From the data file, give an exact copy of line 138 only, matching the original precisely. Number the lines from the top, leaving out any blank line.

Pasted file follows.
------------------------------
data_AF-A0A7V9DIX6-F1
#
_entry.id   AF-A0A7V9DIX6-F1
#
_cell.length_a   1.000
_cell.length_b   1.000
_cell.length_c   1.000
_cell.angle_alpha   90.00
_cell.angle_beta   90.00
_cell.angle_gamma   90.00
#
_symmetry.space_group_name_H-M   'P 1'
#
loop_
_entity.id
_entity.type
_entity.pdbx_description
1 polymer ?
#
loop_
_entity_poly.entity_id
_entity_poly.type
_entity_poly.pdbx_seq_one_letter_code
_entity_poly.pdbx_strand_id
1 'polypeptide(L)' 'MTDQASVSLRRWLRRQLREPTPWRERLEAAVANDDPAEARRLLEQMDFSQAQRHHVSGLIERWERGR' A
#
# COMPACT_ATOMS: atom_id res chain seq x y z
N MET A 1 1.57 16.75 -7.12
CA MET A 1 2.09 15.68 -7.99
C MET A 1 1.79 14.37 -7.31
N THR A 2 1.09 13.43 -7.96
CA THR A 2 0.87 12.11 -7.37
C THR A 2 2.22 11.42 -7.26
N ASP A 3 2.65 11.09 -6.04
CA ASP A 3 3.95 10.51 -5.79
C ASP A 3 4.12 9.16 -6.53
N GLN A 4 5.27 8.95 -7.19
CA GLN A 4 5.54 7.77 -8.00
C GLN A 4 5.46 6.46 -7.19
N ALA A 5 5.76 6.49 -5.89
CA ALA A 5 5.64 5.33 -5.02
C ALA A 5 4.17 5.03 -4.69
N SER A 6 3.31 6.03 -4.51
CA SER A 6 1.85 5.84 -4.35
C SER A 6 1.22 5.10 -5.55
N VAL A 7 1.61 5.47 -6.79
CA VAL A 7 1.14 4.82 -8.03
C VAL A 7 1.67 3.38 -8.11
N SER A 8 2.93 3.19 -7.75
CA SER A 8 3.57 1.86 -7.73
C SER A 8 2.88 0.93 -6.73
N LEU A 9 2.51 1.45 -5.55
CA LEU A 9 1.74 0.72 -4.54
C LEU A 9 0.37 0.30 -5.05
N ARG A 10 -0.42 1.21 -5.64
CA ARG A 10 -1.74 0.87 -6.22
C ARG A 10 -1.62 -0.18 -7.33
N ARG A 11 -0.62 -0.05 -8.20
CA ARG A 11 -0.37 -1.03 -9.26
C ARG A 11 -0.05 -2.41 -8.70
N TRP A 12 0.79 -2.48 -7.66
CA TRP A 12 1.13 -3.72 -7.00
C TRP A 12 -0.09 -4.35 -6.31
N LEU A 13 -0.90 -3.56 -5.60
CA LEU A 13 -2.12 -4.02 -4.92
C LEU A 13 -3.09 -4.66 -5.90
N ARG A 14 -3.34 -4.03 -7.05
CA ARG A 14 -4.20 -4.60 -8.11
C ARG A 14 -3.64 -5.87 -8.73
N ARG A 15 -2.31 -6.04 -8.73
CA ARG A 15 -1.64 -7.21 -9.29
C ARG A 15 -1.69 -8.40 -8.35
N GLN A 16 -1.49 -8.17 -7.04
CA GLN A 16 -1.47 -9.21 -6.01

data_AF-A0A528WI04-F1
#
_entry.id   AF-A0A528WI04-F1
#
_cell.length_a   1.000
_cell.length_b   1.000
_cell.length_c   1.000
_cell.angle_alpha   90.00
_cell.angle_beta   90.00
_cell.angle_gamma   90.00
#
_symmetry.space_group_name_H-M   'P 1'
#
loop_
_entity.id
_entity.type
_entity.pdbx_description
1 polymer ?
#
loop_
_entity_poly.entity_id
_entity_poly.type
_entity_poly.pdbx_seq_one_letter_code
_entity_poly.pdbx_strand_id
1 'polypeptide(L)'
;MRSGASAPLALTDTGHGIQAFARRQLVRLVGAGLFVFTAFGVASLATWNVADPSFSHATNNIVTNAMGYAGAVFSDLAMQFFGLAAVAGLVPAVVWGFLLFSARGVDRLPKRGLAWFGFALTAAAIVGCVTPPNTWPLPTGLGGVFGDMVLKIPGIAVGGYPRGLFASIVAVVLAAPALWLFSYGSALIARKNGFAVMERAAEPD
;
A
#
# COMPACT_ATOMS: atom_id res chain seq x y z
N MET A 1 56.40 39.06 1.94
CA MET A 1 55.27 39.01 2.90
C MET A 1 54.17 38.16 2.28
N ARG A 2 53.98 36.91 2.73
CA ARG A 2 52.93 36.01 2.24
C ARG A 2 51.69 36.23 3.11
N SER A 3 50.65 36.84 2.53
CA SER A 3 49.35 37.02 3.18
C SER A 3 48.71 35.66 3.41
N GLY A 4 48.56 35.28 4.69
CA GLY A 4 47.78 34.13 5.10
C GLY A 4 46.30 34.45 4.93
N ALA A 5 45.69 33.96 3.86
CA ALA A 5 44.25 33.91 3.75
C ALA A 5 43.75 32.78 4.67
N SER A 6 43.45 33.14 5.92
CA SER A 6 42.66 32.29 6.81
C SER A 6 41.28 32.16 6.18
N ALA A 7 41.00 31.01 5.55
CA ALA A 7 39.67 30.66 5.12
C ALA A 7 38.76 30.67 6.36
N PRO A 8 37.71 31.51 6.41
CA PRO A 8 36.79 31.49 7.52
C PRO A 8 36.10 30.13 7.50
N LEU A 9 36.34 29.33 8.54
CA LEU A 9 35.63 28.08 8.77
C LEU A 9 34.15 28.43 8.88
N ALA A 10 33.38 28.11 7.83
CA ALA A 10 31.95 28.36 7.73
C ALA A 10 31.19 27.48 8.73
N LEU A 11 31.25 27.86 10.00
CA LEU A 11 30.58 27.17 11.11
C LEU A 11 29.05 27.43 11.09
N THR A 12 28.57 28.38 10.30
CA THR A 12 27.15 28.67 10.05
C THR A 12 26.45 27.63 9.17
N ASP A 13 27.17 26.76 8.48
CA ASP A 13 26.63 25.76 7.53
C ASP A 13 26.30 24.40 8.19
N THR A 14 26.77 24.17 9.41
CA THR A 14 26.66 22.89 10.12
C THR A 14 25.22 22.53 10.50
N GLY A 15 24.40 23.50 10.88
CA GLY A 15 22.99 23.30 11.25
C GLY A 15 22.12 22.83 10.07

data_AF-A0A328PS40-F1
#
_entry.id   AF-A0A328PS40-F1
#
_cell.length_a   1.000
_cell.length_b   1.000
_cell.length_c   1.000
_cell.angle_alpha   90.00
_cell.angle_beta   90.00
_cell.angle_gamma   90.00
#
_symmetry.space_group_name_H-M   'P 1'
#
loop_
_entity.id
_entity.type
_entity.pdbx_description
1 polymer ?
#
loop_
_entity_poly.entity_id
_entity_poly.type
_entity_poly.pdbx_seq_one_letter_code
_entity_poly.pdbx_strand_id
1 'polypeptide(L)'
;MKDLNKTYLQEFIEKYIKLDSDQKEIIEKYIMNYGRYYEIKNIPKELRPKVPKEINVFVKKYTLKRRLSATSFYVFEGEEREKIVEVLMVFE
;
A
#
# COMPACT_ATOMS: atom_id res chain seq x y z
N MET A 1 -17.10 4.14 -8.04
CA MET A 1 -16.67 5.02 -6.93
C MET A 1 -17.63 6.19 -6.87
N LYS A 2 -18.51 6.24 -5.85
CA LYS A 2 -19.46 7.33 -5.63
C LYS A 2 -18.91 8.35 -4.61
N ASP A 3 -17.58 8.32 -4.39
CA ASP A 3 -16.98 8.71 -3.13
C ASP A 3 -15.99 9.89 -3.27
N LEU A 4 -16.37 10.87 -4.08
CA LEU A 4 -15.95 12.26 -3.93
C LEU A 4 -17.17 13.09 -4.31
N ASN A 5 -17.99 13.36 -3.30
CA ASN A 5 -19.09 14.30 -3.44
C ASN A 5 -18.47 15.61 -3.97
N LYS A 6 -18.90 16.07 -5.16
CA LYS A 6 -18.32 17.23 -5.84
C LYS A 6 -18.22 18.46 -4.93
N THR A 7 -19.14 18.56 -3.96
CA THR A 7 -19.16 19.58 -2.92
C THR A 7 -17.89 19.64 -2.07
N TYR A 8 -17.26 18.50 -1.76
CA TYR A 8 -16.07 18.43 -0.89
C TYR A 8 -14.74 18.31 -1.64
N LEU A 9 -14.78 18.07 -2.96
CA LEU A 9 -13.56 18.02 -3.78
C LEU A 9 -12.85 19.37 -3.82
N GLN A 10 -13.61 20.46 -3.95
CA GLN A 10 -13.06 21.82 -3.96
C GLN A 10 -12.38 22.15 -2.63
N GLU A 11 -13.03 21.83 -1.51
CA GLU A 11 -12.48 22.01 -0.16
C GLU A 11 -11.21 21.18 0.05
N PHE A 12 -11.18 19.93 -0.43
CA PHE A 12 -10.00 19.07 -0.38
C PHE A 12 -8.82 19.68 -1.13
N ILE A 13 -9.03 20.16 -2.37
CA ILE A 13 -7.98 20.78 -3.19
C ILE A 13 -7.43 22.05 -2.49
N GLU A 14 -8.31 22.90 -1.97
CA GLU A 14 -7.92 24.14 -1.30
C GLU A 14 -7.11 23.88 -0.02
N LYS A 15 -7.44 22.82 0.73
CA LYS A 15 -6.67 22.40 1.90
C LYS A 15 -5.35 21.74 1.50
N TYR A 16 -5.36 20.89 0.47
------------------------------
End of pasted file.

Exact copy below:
N THR A 12 28.57 28.38 10.30